Questions about chicks and pullets

Discussion in 'Raising Baby Chicks' started by myfivegirls, Aug 7, 2010.

  1. myfivegirls

    myfivegirls Chillin' With My Peeps

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    Jan 12, 2009
    Delhi, NY
    I don't know if this the right place to ask this question or not. But, here goes:

    I know someone who got 15 Red Star chicks on April 19th, 2010, but theirs are from a breeder in PA rather than a hatchery . He said that one of hens did the "wings out, squat down and stop feet" dance the other day and that the they're as big as his other full grown chickens now. My pullets (4 of which are hatchery Red Stars) are the same age, within a day or two, but they aren't anywhere as big as his pullets or the two RIR hens I have now, MAYBE 3/4 their size at the most.
    Could it possibly be that his chickens are bigger simply because have been fed primarily by chick grower (and not let outside) vs. mine that have been pastured from 6 weeks or so? My pullets have been eating their feed, but they don't seem to growing VERY slow.

    So, my questions are this:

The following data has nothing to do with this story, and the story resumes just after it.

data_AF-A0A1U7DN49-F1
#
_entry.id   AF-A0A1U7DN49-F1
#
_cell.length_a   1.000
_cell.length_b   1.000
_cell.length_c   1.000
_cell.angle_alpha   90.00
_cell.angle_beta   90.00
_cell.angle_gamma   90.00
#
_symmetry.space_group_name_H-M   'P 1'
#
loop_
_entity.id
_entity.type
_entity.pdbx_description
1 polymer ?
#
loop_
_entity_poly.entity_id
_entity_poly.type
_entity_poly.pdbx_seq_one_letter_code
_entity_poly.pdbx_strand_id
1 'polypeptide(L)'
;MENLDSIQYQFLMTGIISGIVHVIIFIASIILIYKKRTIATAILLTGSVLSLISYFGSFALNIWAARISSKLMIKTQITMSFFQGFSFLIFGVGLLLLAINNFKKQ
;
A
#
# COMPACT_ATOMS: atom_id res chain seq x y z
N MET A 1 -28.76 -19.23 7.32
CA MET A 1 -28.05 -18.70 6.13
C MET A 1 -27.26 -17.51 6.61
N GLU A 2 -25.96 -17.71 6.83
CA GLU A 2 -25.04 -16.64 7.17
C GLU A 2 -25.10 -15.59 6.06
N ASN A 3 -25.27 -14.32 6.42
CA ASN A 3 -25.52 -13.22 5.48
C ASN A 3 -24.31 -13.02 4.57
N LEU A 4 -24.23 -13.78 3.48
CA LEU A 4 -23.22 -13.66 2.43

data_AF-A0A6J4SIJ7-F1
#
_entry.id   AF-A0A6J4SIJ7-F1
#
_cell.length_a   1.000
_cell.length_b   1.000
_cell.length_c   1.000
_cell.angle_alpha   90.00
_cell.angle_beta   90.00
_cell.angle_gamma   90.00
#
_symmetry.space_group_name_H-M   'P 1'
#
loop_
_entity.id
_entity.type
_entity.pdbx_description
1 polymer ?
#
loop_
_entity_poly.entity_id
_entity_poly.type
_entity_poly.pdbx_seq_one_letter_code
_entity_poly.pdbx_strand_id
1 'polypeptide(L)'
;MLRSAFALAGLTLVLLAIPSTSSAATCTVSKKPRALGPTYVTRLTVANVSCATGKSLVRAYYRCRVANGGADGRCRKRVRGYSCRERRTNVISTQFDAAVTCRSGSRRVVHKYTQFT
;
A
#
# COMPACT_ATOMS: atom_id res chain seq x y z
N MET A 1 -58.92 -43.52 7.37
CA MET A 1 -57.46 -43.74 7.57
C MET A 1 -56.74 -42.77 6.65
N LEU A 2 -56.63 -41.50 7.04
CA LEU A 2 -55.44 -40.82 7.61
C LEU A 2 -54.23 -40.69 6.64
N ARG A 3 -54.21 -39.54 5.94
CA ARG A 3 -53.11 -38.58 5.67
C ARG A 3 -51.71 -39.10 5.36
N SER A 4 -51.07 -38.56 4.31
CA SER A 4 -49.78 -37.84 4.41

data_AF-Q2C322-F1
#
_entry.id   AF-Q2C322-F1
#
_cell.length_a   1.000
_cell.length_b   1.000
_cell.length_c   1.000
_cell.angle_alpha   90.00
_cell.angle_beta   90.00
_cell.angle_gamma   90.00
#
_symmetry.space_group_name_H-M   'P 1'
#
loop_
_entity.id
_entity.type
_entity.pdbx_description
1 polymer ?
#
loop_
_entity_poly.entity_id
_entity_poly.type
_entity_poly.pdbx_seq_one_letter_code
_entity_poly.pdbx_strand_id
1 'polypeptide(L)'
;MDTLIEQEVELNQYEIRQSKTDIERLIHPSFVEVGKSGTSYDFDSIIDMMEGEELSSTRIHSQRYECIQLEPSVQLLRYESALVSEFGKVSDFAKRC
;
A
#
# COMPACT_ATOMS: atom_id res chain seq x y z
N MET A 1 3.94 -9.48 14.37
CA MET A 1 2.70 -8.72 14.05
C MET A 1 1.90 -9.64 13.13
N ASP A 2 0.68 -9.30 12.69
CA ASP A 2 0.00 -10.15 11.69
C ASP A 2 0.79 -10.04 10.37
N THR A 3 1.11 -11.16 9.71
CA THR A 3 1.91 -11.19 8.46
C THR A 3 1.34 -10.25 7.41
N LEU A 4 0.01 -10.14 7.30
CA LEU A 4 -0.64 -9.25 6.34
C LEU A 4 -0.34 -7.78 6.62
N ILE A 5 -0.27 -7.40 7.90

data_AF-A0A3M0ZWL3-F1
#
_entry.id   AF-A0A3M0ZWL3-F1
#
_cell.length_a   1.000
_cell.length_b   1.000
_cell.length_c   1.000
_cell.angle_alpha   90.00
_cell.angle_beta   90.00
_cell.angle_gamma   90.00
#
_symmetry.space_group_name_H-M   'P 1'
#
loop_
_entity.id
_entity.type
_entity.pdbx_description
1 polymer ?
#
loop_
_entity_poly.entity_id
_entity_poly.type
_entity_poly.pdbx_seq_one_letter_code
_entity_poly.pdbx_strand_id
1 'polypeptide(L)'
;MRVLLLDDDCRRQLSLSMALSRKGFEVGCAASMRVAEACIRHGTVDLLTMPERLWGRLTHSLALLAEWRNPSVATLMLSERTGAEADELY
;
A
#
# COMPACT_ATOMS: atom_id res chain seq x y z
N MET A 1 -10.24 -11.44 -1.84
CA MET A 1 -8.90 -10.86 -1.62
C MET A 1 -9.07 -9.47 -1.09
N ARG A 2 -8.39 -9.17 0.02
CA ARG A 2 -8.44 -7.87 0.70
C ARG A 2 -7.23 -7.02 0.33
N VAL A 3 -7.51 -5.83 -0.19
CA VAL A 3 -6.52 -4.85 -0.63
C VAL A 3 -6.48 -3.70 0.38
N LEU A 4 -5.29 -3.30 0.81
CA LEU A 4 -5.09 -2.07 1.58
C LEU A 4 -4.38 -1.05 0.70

Does it make a difference in growth rate if chicks are raised mostly on chick grower feed, rather than on grower feed AND being pastured with access to bugs, grass, and other treats?

    Have any of you noticed a difference in chick to egg-laying time depending on the time of year? Such as, spring (March, April) chicks that start laying in September or October vs. chicks started in July or August, raised through the winter, and that begin laying in late winter to early spring.

    Thanks in advance.
     
  2. PunkinPeep

    PunkinPeep Chillin' With My Peeps

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    Mar 31, 2009
    SouthEast Texas
    Quote:It does seem to me that my free ranged chickens grow somewhat slower than my friends' who are on smaller pieces of land or free range less often. They're constantly running around. [​IMG] I also think that mine are strong and hardy for it, so it's a good trade off.

    I can't speak authoritatively on this, but i don't think it necessarily has that much to do with the food being fed, in your particular case.
     

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